PLoS ONE 01/2014; 9(1):e86359. · 3.53 Impact Factor
  • Source
    [Show abstract] [Hide abstract]
    ABSTRACT: BACKGROUND: The impact of secondhand smoke (SHS) on Southeast Asian children's health has been assessed by a limited number of studies. The purpose of this study was to determine whether in Thailand, pre- and postnatal exposure to SHS is associated with acute lower respiratory conditions in young children. METHODS: We conducted a case control study of 462 children under age five admitted with acute lower respiratory illnesses, including asthma and pneumonia, at a major hospital in Bangkok. We selected 462 comparison controls from the well-child clinic at the hospital and matched them by sex and age. We used a structured questionnaire to collect information about exposure to SHS and other factors. We conducted bivariate and multivariate analyses to identify risk factors for acute lower respiratory conditions. RESULTS: The number of cigarettes smoked at home per day by household members was significantly greater among cases. A greater number of household caregivers of cases held and carried children while smoking as compared to controls (26% versus 7%, p <0.05). Cases were more likely to have been exposed to SHS in the household (adjusted OR = 3.82, 95%CI = 2.47-5.9), and outside (adjusted OR = 2.99, 95%CI = 1.45-6.15). Parental lower educational level and low household income were also associated with respiratory illnesses in Thai children under five. CONCLUSIONS: Thai children who are exposed to SHS are at nearly 4 times greater risk of developing acute lower respiratory conditions. Continued effort is needed in Thailand to eliminate children's exposure to SHS, especially at home.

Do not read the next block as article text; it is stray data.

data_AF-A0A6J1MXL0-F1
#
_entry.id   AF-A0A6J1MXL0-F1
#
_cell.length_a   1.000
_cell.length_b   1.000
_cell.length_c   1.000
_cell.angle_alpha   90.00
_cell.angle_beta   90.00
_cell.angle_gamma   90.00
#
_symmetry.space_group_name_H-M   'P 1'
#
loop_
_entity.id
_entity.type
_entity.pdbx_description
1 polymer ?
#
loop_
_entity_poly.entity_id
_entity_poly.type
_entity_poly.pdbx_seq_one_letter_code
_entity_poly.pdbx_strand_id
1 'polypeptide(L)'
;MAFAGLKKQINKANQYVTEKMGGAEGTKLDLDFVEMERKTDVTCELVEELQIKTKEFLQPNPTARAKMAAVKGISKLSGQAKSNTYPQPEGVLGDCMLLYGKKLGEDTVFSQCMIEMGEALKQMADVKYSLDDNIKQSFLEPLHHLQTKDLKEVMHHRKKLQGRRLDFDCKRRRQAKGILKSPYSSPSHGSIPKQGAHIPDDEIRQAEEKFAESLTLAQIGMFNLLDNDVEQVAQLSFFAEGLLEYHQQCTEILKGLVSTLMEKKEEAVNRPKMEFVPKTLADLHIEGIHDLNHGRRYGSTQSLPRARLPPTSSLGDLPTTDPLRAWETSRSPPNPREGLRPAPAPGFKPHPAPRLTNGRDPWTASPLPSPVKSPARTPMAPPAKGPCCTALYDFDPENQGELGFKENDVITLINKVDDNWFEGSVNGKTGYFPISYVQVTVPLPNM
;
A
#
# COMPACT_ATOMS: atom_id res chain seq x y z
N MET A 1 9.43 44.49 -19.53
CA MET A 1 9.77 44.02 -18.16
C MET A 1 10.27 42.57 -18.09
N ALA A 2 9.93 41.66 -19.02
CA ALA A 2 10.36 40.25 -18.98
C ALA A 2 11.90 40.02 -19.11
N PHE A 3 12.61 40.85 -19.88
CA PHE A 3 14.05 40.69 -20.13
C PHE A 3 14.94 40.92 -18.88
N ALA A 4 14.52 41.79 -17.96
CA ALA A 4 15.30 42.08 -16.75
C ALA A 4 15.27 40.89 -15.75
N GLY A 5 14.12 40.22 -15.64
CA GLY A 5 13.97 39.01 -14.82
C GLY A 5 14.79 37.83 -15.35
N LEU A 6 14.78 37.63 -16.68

Tobacco Induced Diseases 03/2013; 11(1):7.
  • [Show abstract] [Hide abstract]
    ABSTRACT: Pregnancy is a unique period to quit smoking and alcohol consumption and although motivated, not all women succeed at this. We investigated the associations of personality with continued smoking and continued alcohol consumption during early pregnancy. In addition, we studied whether antenatal anxiety and depressive symptoms can explain these associations. Two antenatal measurements from the population-based Pregnancy Anxiety and Depression cohort study were used. Pregnant women in their first trimester were recruited via midwifery practices and hospitals. We analyzed a sample of women who continued (n = 101) or quit smoking (n = 254), and a sample of women who continued (n = 110) or quit alcohol consumption (n = 1230). Measures included questions about smoking, alcohol consumption, the NEO-Five Factor Inventory (personality), the State Trait Anxiety Inventory, and the Edinburgh Postnatal Depression Scale. We found associations between continued alcohol consumption and higher levels of openness to experience, and lower levels of conscientiousness (p < 0.05). The association between conscientiousness and continued alcohol consumption was partly explained by both anxiety and depressive symptoms. No associations between personality and continued smoking emerged. This study contributes to the limited literature on personality differences between women who continue and quit smoking and alcohol consumption during early pregnancy. General population studies have not confirmed the association between openness to experience and alcohol consumption which implies that pregnancy is indeed a unique period. Increased insight in how personality influences continued smoking and alcohol consumption during pregnancy can help health professionals to improve lifestyle interventions targeted at pregnant women.
    Addictive behaviors 01/2014; · 2.25 Impact Factor

Full-text (2 Sources)

Download
36 Downloads
Available from
Jun 5, 2014